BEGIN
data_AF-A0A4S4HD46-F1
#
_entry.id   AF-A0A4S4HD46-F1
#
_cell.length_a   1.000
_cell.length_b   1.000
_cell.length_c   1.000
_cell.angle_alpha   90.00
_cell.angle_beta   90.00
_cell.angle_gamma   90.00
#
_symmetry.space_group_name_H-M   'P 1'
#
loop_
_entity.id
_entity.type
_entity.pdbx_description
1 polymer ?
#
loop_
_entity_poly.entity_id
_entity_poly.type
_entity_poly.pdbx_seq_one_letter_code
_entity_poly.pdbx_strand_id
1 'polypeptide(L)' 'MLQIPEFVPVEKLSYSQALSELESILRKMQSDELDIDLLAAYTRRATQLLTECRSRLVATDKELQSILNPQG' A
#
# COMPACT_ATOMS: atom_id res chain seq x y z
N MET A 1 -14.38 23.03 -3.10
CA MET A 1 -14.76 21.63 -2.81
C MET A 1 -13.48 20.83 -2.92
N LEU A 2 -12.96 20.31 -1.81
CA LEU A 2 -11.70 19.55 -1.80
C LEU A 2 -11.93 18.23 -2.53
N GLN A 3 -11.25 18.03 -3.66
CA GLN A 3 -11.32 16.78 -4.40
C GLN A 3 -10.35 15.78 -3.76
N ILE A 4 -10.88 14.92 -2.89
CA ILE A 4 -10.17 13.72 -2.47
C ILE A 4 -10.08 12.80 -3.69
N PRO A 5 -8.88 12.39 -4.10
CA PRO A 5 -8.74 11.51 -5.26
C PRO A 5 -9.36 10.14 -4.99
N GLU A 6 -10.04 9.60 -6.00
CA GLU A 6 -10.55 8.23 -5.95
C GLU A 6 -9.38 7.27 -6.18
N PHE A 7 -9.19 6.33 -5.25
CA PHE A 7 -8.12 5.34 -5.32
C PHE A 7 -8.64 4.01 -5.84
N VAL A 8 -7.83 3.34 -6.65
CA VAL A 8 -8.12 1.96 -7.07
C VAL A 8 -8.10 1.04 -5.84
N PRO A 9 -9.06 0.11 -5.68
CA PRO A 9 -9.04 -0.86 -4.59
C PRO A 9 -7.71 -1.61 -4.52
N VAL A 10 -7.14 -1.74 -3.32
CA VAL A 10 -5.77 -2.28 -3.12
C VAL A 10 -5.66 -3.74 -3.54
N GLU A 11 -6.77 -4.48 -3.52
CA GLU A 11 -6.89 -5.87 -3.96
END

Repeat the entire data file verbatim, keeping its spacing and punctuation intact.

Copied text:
data_AF-A0A4S4HD46-F1
#
_entry.id   AF-A0A4S4HD46-F1
#
_cell.length_a   1.000
_cell.length_b   1.000
_cell.length_c   1.000
_cell.angle_alpha   90.00
_cell.angle_beta   90.00
_cell.angle_gamma   90.00
#
_symmetry.space_group_name_H-M   'P 1'
#
loop_
_entity.id
_entity.type
_entity.pdbx_description
1 polymer ?
#
loop_
_entity_poly.entity_id
_entity_poly.type
_entity_poly.pdbx_seq_one_letter_code
_entity_poly.pdbx_strand_id
1 'polypeptide(L)' 'MLQIPEFVPVEKLSYSQALSELESILRKMQSDELDIDLLAAYTRRATQLLTECRSRLVATDKELQSILNPQG' A
#
# COMPACT_ATOMS: atom_id res chain seq x y z
N MET A 1 -14.38 23.03 -3.10
CA MET A 1 -14.76 21.63 -2.81
C MET A 1 -13.48 20.83 -2.92
N LEU A 2 -12.96 20.31 -1.81
CA LEU A 2 -11.70 19.55 -1.80
C LEU A 2 -11.93 18.23 -2.53
N GLN A 3 -11.25 18.03 -3.66
CA GLN A 3 -11.32 16.78 -4.40
C GLN A 3 -10.35 15.78 -3.76
N ILE A 4 -10.88 14.92 -2.89
CA ILE A 4 -10.17 13.72 -2.47
C ILE A 4 -10.08 12.80 -3.69
N PRO A 5 -8.88 12.39 -4.10
CA PRO A 5 -8.74 11.51 -5.26
C PRO A 5 -9.36 10.14 -4.99
N GLU A 6 -10.04 9.60 -6.00
CA GLU A 6 -10.55 8.23 -5.95
C GLU A 6 -9.38 7.27 -6.18
N PHE A 7 -9.19 6.33 -5.25
CA PHE A 7 -8.12 5.34 -5.32
C PHE A 7 -8.64 4.01 -5.84
N VAL A 8 -7.83 3.34 -6.65
CA VAL A 8 -8.12 1.96 -7.07
C VAL A 8 -8.10 1.04 -5.84
N PRO A 9 -9.06 0.11 -5.68
CA PRO A 9 -9.04 -0.86 -4.59
C PRO A 9 -7.71 -1.61 -4.52
N VAL A 10 -7.14 -1.74 -3.32
CA VAL A 10 -5.77 -2.28 -3.12
C VAL A 10 -5.66 -3.74 -3.54
N GLU A 11 -6.77 -4.48 -3.52
CA GLU A 11 -6.89 -5.87 -3.96